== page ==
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Coal Miner's Daughter


What improbable lives so many Americans lead, compared to the more orderly and predictable careers of the Swedes, say, or the French. It's not just that we're the most upwardly mobile society in history, we're the most mobile, period: We go to ruin as swiftly and dramatically as we hit the jackpot. No wonder one of our favorite myths involves a rags-to-riches story in which success then destroys the hero.

Look at country music star Loretta Lynn. If we can believe “Coal Miner's Daughter” (and I gather that, by and large, we can), here's a life which began in the poverty of the coalfields of Kentucky and led almost overnight to show-business stardom. And what's astonishing is that it wasn't even really planned that way: Loretta learned to play on a pawnshop guitar, her husband thought she could sing, and one day she just sorta found herself on stage. The movie's about Loretta Lynn's childhood, her very early marriage, her quick four kids, her husband's move to Washington State looking for a job, her humble start in show business, her apparently quick rise to stardom, and then the usual Catch-22 of self-destructivenss. 


We're not surprised, somehow, that right after the scenes where she becomes a superstar, there are scenes where she starts using pills, getting headaches, and complaining that everybody's on her case all the time. We fiercely want to believe in success in this country, but for some reason we also want to believe that it takes a terrible human toll. Sometimes it does, and that always makes for a better story. Straightforward success sagas, in which the heroes just keep on getting richer, are boring. We want our heroes to suffer. We like to identify, it makes stars more human, somehow, if they get screwed by Valium, too. 

What's refreshing about “Coal Miner's Daughter” is that it takes the basic material (rags to riches, overnight success, the onstage breakdown, and, of course, the big comeback) and relates them in wonderfully human terms. It's fresh and immediate. That is due most of all to the performance by Sissy Spacek as Loretta Lynn. With the same sort of magical chemistry she's shown before, when she played the high school kid in Carrie, Spacek at twenty-nine has the ability to appear to be almost any age onscreen. Here she ages from about fourteen to somewhere in her thirties, always looks the age, and never seems to be wearing makeup. I wonder if she does it with her posture; early in the film, as a poor coal miner's kid, she slouches and slinks around, and then later she puts on dignity with the flashy dresses she wears onstage.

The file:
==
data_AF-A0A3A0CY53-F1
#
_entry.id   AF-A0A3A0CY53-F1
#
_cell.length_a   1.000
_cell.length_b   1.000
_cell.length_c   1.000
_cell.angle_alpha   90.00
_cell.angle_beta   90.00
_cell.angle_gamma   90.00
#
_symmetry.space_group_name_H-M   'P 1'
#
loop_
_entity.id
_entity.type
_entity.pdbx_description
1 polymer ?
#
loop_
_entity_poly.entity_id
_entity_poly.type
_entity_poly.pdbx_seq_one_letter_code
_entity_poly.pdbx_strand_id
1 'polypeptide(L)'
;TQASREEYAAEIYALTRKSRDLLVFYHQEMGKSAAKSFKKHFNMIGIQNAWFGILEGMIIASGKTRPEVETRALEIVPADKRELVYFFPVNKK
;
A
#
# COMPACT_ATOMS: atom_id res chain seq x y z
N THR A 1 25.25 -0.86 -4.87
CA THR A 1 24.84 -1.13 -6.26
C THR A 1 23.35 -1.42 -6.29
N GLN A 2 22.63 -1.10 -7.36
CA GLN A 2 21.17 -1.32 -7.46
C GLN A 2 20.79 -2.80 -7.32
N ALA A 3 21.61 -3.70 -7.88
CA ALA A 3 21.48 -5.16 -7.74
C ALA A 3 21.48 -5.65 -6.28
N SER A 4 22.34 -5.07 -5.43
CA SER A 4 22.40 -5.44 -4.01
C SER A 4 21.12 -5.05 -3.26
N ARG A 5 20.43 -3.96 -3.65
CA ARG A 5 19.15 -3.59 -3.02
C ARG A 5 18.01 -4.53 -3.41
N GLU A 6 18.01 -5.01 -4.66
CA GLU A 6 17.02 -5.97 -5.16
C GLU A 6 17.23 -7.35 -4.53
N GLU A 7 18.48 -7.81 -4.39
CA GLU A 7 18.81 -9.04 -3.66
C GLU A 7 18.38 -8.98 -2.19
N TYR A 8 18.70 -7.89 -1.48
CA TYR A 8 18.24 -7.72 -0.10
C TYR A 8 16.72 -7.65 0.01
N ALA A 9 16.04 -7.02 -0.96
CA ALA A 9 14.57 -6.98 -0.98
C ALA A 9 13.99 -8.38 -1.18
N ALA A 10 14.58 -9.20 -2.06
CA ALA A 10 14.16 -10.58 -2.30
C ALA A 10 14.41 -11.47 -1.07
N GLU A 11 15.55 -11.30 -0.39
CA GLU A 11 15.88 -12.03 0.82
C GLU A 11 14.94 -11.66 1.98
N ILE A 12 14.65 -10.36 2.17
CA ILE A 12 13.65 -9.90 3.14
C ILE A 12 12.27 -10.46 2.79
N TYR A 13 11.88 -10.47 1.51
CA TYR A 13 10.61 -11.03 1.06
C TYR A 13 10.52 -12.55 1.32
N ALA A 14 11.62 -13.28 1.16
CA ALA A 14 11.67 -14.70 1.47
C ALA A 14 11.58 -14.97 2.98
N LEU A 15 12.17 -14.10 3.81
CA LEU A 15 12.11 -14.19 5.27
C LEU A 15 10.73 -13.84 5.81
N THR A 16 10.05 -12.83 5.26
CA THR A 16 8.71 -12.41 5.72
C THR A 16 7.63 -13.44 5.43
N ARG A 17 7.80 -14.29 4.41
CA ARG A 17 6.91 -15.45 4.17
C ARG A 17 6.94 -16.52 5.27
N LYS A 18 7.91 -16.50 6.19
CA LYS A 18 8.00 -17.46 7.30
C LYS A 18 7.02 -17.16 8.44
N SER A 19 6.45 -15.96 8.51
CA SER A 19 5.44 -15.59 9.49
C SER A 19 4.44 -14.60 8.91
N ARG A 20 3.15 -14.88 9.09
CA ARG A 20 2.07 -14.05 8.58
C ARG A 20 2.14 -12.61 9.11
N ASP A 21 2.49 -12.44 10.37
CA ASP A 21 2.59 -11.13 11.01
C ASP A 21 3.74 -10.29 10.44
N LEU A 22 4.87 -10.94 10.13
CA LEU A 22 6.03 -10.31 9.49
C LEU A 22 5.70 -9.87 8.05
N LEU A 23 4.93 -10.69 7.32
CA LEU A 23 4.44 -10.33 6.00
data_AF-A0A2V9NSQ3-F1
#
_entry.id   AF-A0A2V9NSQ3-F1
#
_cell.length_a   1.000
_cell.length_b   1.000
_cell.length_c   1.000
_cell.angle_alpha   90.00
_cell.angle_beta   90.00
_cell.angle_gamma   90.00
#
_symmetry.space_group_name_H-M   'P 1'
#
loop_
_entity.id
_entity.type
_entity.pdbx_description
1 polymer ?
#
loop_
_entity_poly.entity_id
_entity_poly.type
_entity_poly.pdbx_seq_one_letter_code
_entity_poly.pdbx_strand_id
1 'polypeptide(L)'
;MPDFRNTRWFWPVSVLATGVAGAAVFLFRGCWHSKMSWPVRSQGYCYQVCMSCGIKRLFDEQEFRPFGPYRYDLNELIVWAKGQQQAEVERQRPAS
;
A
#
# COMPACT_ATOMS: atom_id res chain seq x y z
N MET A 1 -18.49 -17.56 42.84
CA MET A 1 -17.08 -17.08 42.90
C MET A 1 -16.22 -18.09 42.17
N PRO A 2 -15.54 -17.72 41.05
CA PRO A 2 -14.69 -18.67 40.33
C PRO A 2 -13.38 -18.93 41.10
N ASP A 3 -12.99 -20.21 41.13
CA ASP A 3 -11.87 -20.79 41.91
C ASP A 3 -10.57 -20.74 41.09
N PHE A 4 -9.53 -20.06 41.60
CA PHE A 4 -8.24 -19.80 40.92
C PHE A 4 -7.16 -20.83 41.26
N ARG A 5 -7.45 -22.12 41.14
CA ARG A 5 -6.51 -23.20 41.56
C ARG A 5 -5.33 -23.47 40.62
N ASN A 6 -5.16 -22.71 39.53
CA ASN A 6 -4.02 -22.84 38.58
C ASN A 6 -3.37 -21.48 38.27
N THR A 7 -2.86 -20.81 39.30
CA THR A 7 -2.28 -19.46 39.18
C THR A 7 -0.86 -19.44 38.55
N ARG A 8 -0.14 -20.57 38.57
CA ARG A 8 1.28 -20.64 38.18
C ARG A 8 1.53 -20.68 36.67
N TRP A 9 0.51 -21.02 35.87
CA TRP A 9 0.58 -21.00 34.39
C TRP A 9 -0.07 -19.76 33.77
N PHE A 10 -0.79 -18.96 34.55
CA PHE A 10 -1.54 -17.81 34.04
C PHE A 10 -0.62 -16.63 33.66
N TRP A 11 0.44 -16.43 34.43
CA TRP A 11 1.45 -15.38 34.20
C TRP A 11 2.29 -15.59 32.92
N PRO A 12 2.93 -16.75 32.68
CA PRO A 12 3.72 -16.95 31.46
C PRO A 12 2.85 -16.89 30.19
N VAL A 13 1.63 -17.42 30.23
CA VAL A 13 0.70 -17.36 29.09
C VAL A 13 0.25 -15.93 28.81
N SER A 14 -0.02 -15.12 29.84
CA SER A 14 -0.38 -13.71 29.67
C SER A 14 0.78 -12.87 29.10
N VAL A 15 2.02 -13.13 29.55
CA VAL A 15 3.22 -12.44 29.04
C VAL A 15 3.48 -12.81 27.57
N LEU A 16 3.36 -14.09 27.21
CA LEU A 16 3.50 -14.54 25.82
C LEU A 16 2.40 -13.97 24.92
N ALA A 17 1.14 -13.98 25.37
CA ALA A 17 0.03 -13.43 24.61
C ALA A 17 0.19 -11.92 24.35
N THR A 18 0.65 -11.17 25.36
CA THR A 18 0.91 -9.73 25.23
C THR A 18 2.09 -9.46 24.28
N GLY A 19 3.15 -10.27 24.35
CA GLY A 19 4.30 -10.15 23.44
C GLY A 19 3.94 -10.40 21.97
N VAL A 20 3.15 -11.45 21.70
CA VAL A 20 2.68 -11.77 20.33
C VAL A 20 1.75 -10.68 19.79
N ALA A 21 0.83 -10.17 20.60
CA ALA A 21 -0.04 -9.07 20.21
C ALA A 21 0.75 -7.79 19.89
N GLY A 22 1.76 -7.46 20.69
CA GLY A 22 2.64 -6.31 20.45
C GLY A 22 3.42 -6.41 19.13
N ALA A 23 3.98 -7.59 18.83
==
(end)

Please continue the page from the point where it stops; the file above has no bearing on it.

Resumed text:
The movie is mostly about Lynn's relationships with her husband, Mooney (played by Tommy Lee Jones), and her first close show-business friend and mentor, Patsy Cline (Beverly D'Angelo). Both of these relationships are developed in direct, understated, intelligent ways; we are spared, for example, a routine portrait of Mooney Lynn as Official Show Biz Husband, and given instead a portrait of a recognizable human being who is aggressive, confident, loving, and fallible. The fact that this movie felt free to portray Mooney as hard-nosed is one of the most interesting things about it: Loretta Lynn, who had a certain amount of control over the project, obviously still has her feet on the ground and didn't insist that this movie be some kind of idealized fantasy. 


We are left to speculate, of course, on whether Lynn's rise to stardom was really as picaresque as “Coal Miner's Daughter” suggests. She seems to get on the Grand Ole Opry mighty fast, and Patsy Cline seems to adopt her almost before she knows her. But then the amazing thing about Loretta Lynn's life seems to be how fast everything happened, and how wide open the avenues to success are in this country, if you're talented and, of course, lucky. 

The most entertaining scenes in the movie are in the middle, after the coal mines and before the Top 40, when Loretta and Mooney are tooling around the back roads trying to convince country disc jockeys to play her records. The scene with Mooney taking a publicity photo of Loretta is a little gem illustrating the press agent that resides within us all. 

So, anyway ... how good is this movie? I think it's one of those films people like so much while they're watching it that they're inclined to think it's better than it is. It's warm, entertaining, funny, and centered around that great Sissy Spacek performance, but it's essentially pretty familiar material (not that Loretta Lynn can be blamed that Horatio Alger wrote her life before she lived it). The movie isn't great art, but it has been made with great taste and style; it's more intelligent and observant than movie biographies of singing stars used to be. That makes it a treasure to watch, even if we sometimes have the feeling we've seen it before.

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